1. Process for the preparation of xylitol, comprising subjecting cotton seed hulls to hydrolyzing degradation with a dilute aqueous solution of a strong mineral acid to obtain a xylose-containing solution; purifying said xylose-containing solution by contacting first with an acidic cation exchange resin and then With a medium basic anion exchange resin; evaporatively concentrating the purified concentrated xylose-containing solution and then hydrogenating the purified concentrated xylose-containing solution at an elevated temperature in the presence of a nickel, copper or cobalt hydrogenation catalyst under high hydrogen pressure, and recovering the xylitol thus obtained.

References Cited UNITED STATES PATENTS 2,450,586 10/ 1948 Dunning et al 12737 2,775,621 12/1956 MacLean et al. 260635C 2,917,390 12/1959 Apel et a1. 260635C 2,989,569 6/1961 Apel 260635C BERNARD HELFIN, Primary Examiner I. E. EVANS, Assistant Examiner US. Cl. X.R. l2737

Referenced by
Citing PatentFiling datePublication dateApplicantTitle
US3784408 *Sep 16, 1970Jan 8, 1974Hoffmann La RocheProcess for producing xylose
US3985815 *Oct 31, 1974Oct 12, 1976Hoffmann-La Roche Inc.Xylose
US4008285 *Jun 18, 1975Feb 15, 1977Melaja Asko JAcid hydrolysis of a pentosan raw material
US4075406 *Aug 28, 1975Feb 21, 1978Suomen Sokeri OsakeyhtioHydrolyzing & purifying
US4087316 *Sep 15, 1976May 2, 1978Cotton IncorporatedUsing alkaline solution and oxygen containing gas
US4102705 *Jun 16, 1976Jul 25, 1978Sulzer Brothers Ltd.Hydrolyzing xylane-containing raw material, ion exchanging, evaporating water, acetic and formic acids therefrom
US4239922 *Jun 13, 1979Dec 16, 1980Benckiser-Knapsack GmbhXylose and xylitol separately purified in same ion exchanger
US5084104 *Dec 5, 1989Jan 28, 1992Cultor, Ltd.Chromatography, anion exchange resin in sulfate form
US5139795 *Aug 9, 1991Aug 18, 1992Ici Americas Inc.Melt crystallized xylitol
US5158789 *Aug 9, 1991Oct 27, 1992Ici Americas Inc.Melt cocrystallized sorbitol/xylitol compositions
US6093326 *Sep 9, 1997Jul 25, 2000Danisco Finland OyMethod for the fractionation of molasses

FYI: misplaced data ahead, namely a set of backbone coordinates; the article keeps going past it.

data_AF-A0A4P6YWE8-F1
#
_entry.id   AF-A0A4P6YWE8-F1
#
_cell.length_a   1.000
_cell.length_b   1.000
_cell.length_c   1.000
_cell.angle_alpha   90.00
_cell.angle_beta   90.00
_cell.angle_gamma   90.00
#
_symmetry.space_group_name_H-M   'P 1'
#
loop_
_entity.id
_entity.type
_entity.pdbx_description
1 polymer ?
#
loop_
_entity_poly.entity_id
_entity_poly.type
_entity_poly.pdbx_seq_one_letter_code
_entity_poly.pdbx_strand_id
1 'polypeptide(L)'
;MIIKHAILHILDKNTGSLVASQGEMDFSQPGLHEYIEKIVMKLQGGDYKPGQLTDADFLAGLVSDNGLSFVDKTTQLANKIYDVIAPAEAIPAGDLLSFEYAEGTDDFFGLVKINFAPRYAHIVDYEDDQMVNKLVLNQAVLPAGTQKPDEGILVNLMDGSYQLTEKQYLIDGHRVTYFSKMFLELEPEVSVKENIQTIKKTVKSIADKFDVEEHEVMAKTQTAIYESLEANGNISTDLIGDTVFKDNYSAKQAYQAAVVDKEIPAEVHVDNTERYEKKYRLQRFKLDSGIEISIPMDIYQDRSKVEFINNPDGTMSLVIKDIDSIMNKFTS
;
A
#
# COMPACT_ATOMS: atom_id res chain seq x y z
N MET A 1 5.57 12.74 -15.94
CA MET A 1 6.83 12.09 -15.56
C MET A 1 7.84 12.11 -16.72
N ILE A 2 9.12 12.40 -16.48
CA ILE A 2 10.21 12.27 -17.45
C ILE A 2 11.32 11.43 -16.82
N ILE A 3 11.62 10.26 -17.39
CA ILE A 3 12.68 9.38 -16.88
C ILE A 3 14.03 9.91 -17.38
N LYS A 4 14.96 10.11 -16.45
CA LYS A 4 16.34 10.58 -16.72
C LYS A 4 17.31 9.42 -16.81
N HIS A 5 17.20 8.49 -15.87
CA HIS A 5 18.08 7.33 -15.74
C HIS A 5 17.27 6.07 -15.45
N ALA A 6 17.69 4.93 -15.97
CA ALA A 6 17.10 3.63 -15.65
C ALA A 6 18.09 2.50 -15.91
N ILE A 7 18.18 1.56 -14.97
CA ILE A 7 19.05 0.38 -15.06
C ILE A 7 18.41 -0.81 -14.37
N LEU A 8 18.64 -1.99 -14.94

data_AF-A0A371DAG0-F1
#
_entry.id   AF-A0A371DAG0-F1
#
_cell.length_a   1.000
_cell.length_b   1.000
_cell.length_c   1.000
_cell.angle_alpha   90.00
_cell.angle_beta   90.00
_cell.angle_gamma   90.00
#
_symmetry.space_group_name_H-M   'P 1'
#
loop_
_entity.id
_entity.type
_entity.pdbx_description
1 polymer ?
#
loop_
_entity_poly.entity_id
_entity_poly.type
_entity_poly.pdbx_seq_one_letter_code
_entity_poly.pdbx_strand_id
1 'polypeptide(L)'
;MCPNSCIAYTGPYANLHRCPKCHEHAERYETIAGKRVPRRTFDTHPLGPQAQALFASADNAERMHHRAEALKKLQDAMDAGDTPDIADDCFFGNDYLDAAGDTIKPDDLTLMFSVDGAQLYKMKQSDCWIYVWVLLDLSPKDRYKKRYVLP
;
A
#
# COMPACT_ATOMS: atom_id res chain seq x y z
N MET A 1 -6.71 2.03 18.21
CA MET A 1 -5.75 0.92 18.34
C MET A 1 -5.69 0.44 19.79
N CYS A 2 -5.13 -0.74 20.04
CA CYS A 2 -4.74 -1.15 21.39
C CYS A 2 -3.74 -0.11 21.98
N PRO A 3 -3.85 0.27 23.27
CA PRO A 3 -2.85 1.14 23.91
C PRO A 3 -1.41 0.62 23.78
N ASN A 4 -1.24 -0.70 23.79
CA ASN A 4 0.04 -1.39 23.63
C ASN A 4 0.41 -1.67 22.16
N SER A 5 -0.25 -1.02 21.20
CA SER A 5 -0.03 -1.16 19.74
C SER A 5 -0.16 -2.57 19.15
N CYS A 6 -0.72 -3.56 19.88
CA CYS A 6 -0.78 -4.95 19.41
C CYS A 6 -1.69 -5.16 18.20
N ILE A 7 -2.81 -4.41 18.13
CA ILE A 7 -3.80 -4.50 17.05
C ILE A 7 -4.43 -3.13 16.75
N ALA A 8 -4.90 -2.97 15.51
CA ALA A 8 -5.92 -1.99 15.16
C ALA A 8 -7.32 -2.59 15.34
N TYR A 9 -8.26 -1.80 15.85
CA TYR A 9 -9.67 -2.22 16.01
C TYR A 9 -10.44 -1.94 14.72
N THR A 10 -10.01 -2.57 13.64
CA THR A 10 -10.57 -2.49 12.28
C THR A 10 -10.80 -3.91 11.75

US6187204Aug 13, 1999Feb 13, 2001Danisco Finland OyMethod for the fractionation of molasses
US6214125Jun 1, 1998Apr 10, 2001Danisco Finland OySolution is subjected to first fractionation by continuous or sequential chromatographic simulated moving bed process to yield a sucrose-enriched fraction and a fraction enriched with the second dissolved component, second fractionation
US6224776Feb 10, 1999May 1, 2001Cultor CorporationChromatographic simulated moving bed and columns
US6482268Dec 22, 2000Nov 19, 2002Danisco Finland OyUsing a chromatographic simulated moving bed process to separate a solution of beet-derived sucrose and a second component, e.g. betaine; continuous and batch processing
US6572775Feb 27, 2001Jun 3, 2003Cultor CorporationMethod for fractionating a solution
US6649066Dec 13, 2000Nov 18, 2003Danisco Finland OyMethod for the fractionation of molasses
US6663780Jan 31, 2002Dec 16, 2003Danisco Finland OyChromatographic simulated moving bed system with two or more loops in which the liquid flow can be effected in a system comprising at least two chromatographic partial packing material beds.
US6685781Oct 11, 2002Feb 3, 2004Danisco Sweeteners OyChromatography separation
US6875349Mar 11, 2003Apr 5, 2005Cultor CorporationMethod for fractionating a solution
US6896811May 9, 2002May 24, 2005Danisco Sweeteners OyFractionating solution by chromatographic simulated moving bed process in which dissolved substances in feedstock are separated in partial packed beds and formed separation profile is circulated through chromatographic separation loop
US7229558Jan 11, 2005Jun 12, 2007Danisco Sweeteners OyFractionating solution by chromatographic simulated moving bed process in which dissolved substances in feedstock are separated in partial packed beds and formed separation profile is circulated through chromatographic separation loop
US7598374Mar 25, 2005Oct 6, 2009Purdue Research FoundationProcesses for the production of xylitol
US7982059Apr 2, 2008Jul 19, 2011Sud-Chemie Inc.Sorbitol conversion process
US8158778Apr 11, 2002Apr 17, 2012Mitsubishi Shoji Foodtech Co., Ltd.Method for the desalting of saccharide solution and an anion exchanger
EP2314560A1Mar 25, 2005Apr 27, 2011Purdue Research FoundationProcesses for the production of xylitol
WO1997049658A1 *Jun 23, 1997Dec 31, 1997Xyrofin OyMethod for producing xylitol
Classifications
U.S. Classification568/863, 127/37
International ClassificationC07C31/18, C07C31/00
Cooperative ClassificationC07C31/18
European ClassificationC07C31/18